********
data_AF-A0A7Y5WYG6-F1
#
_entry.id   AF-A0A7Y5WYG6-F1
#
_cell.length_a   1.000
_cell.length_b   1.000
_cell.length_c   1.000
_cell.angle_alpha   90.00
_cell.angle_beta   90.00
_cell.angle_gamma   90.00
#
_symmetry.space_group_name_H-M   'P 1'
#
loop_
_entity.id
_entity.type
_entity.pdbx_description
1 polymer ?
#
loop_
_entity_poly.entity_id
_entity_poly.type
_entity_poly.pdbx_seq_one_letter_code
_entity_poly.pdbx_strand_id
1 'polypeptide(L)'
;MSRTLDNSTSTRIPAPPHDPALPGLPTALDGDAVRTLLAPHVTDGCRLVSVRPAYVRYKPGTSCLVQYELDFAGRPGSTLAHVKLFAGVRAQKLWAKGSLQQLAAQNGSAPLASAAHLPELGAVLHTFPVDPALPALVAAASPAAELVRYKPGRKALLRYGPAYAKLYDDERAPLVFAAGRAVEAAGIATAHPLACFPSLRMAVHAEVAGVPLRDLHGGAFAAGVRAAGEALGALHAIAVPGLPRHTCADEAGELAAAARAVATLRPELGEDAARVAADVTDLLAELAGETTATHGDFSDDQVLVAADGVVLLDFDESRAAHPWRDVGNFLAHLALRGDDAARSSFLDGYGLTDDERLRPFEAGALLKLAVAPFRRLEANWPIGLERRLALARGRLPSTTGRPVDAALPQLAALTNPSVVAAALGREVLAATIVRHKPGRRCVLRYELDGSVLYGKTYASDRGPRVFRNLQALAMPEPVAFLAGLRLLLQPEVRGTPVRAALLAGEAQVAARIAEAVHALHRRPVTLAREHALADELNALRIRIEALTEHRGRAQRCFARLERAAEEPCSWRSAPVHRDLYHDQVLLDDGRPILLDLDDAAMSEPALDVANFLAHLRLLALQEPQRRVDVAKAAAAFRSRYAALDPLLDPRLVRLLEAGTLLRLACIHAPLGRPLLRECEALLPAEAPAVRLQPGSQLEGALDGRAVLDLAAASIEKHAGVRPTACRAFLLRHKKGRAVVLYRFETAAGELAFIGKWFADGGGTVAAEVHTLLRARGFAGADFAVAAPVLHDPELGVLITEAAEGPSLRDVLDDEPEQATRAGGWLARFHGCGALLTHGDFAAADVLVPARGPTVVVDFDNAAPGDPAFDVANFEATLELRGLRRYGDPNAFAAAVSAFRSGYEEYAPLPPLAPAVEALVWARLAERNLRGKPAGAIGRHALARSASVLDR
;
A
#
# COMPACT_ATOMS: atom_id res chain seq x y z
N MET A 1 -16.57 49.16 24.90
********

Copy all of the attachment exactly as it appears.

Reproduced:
data_AF-A0A7Y5WYG6-F1
#
_entry.id   AF-A0A7Y5WYG6-F1
#
_cell.length_a   1.000
_cell.length_b   1.000
_cell.length_c   1.000
_cell.angle_alpha   90.00
_cell.angle_beta   90.00
_cell.angle_gamma   90.00
#
_symmetry.space_group_name_H-M   'P 1'
#
loop_
_entity.id
_entity.type
_entity.pdbx_description
1 polymer ?
#
loop_
_entity_poly.entity_id
_entity_poly.type
_entity_poly.pdbx_seq_one_letter_code
_entity_poly.pdbx_strand_id
1 'polypeptide(L)'
;MSRTLDNSTSTRIPAPPHDPALPGLPTALDGDAVRTLLAPHVTDGCRLVSVRPAYVRYKPGTSCLVQYELDFAGRPGSTLAHVKLFAGVRAQKLWAKGSLQQLAAQNGSAPLASAAHLPELGAVLHTFPVDPALPALVAAASPAAELVRYKPGRKALLRYGPAYAKLYDDERAPLVFAAGRAVEAAGIATAHPLACFPSLRMAVHAEVAGVPLRDLHGGAFAAGVRAAGEALGALHAIAVPGLPRHTCADEAGELAAAARAVATLRPELGEDAARVAADVTDLLAELAGETTATHGDFSDDQVLVAADGVVLLDFDESRAAHPWRDVGNFLAHLALRGDDAARSSFLDGYGLTDDERLRPFEAGALLKLAVAPFRRLEANWPIGLERRLALARGRLPSTTGRPVDAALPQLAALTNPSVVAAALGREVLAATIVRHKPGRRCVLRYELDGSVLYGKTYASDRGPRVFRNLQALAMPEPVAFLAGLRLLLQPEVRGTPVRAALLAGEAQVAARIAEAVHALHRRPVTLAREHALADELNALRIRIEALTEHRGRAQRCFARLERAAEEPCSWRSAPVHRDLYHDQVLLDDGRPILLDLDDAAMSEPALDVANFLAHLRLLALQEPQRRVDVAKAAAAFRSRYAALDPLLDPRLVRLLEAGTLLRLACIHAPLGRPLLRECEALLPAEAPAVRLQPGSQLEGALDGRAVLDLAAASIEKHAGVRPTACRAFLLRHKKGRAVVLYRFETAAGELAFIGKWFADGGGTVAAEVHTLLRARGFAGADFAVAAPVLHDPELGVLITEAAEGPSLRDVLDDEPEQATRAGGWLARFHGCGALLTHGDFAAADVLVPARGPTVVVDFDNAAPGDPAFDVANFEATLELRGLRRYGDPNAFAAAVSAFRSGYEEYAPLPPLAPAVEALVWARLAERNLRGKPAGAIGRHALARSASVLDR
;
A
#
# COMPACT_ATOMS: atom_id res chain seq x y z
N MET A 1 -16.57 49.16 24.90